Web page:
Juvenile arrests and gang-related deaths have decreased in the county, but poverty is affecting more children than ever, the local United Way said Monday.
In a "state of the county" report, the United Way of Greater Los Angeles said that youths in the county, the nation's most populous with more than 9.2 million residents, are likelier to be victims than perpetrators. It said gang-related deaths, which peaked at 800 in 1992, fell to 719 in 1993--down 10% and the first decline in 10 years.
The United Way report drew on Census Bureau data, information from other government agencies and many specialized reports. It is the third county snapshot complied since 1987 by the regional group, which raises money for more than 300 service agencies, mostly from individuals at work.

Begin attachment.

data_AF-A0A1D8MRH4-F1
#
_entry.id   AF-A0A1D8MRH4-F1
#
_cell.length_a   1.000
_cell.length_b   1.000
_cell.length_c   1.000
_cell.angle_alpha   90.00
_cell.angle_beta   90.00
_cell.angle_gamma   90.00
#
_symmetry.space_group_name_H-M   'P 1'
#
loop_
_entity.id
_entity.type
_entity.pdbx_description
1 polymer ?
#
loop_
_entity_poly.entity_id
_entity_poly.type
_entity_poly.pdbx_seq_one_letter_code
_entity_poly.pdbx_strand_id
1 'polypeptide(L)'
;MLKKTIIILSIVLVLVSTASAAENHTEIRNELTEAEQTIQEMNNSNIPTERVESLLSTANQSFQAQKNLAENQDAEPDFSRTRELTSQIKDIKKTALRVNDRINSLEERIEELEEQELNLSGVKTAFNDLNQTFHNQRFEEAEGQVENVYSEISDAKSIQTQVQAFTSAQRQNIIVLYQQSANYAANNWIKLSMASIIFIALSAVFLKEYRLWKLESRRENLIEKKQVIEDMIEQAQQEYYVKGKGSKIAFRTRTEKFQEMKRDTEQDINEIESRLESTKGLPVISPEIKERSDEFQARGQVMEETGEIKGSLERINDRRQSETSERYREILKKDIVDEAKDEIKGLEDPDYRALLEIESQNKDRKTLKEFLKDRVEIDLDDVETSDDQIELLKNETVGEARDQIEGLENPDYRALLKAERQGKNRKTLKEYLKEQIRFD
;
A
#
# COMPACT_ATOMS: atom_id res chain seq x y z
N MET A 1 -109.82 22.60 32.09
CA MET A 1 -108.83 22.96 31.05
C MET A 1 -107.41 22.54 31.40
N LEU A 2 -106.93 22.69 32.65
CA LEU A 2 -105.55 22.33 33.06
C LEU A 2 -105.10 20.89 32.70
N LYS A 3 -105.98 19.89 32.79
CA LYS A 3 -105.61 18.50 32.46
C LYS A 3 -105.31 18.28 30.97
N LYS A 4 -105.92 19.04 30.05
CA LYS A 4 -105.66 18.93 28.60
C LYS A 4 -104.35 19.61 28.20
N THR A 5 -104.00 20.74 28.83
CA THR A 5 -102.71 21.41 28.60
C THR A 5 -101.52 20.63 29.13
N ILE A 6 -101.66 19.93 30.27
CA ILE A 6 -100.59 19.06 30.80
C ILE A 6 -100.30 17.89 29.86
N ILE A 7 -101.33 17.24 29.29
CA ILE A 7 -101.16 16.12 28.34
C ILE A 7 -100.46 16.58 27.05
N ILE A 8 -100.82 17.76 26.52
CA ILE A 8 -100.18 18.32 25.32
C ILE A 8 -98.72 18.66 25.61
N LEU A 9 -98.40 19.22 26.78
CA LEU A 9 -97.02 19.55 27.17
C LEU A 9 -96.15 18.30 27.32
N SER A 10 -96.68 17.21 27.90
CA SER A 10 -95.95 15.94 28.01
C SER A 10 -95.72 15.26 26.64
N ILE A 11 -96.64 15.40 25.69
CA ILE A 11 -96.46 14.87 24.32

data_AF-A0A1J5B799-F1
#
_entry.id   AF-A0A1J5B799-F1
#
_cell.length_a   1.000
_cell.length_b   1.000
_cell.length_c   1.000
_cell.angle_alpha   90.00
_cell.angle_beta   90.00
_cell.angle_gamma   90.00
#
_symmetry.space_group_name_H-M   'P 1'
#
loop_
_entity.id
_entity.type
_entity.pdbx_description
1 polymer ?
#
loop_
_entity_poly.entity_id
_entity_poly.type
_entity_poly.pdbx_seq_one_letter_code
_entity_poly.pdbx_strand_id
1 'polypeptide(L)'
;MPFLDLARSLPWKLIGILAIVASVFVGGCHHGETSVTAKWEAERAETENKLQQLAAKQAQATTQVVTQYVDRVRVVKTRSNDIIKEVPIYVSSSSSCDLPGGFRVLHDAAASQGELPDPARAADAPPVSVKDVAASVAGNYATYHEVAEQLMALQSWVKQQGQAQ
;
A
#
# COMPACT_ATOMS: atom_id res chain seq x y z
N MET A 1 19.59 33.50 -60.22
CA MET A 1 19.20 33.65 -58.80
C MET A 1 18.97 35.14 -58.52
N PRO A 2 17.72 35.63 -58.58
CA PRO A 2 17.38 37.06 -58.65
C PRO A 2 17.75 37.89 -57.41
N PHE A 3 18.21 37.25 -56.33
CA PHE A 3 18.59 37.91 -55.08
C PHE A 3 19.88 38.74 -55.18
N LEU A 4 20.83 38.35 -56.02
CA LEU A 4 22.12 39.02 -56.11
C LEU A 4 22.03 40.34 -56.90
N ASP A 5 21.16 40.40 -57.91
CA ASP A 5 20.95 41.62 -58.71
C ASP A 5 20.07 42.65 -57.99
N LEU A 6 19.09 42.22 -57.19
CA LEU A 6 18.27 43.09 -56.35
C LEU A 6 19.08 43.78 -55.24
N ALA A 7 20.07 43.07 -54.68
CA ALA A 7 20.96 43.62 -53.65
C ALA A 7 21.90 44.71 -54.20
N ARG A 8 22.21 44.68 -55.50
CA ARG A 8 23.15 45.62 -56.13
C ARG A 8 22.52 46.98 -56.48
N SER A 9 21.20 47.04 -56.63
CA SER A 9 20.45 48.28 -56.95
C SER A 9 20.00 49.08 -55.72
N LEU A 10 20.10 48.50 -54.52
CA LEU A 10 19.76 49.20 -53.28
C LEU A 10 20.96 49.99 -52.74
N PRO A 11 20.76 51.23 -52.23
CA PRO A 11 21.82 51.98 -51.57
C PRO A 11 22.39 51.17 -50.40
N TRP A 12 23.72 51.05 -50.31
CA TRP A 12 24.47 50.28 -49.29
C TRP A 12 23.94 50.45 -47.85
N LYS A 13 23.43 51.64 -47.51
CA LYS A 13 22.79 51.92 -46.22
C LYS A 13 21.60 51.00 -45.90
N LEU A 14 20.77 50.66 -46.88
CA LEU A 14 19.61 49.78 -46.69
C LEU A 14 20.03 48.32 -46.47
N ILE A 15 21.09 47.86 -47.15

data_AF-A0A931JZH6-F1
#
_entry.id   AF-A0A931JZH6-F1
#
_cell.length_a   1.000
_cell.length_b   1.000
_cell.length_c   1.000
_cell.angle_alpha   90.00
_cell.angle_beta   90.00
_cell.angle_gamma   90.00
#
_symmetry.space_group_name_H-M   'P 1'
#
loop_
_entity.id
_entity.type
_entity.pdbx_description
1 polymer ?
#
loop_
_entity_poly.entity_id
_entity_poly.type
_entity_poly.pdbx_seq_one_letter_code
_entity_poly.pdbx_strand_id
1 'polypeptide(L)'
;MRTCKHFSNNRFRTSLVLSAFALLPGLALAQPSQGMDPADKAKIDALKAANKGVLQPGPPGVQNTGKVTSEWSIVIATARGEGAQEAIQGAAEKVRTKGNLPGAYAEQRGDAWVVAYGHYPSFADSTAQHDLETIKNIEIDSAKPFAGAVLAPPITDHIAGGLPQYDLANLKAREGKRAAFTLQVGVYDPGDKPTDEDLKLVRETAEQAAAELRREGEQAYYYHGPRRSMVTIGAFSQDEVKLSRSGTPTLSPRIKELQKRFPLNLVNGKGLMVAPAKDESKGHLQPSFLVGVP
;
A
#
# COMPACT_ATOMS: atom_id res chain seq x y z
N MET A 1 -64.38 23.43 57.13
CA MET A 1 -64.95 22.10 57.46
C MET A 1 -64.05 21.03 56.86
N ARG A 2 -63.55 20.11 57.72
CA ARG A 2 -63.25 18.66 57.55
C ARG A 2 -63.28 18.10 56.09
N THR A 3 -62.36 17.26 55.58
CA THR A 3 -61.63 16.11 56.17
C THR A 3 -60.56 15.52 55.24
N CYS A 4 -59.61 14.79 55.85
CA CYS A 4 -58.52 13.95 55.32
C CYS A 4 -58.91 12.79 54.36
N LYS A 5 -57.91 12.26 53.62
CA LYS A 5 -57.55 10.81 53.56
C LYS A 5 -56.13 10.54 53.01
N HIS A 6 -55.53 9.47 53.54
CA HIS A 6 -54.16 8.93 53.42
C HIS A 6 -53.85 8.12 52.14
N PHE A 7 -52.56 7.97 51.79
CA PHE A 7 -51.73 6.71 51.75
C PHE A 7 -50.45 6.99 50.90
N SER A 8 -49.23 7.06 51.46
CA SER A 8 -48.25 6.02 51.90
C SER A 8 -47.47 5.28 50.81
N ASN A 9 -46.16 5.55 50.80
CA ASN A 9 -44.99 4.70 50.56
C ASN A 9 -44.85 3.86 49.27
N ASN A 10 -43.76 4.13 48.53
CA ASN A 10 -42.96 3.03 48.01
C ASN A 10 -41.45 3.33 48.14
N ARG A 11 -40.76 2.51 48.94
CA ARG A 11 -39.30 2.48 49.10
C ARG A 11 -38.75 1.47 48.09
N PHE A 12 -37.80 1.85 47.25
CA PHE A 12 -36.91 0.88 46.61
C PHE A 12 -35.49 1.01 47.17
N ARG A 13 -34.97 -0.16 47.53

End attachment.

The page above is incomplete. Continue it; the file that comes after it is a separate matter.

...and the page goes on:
The United Way report said that children's health care is improving, with better prenatal care, insurance and immunization. The infant death rate is falling while graduation rates are rising.
"But in terms of economic well-being all the measures are worse," said Marjorie Nichols, director of research projects for the group. "Children are most affected by poverty of any age group and it's been getting worse and worse."
The number of children below the poverty level and on Aid to Families With Dependent Children, the biggest federal welfare program, has risen sharply. In 1988, 16% of children were on AFDC. By 1992, the latest year for which figures are available, it was 24%.
"Homelessness among children has increased too," Nichols said. "Two percent of the children in the county were homeless sometime in 1992, compared with 1% of adults."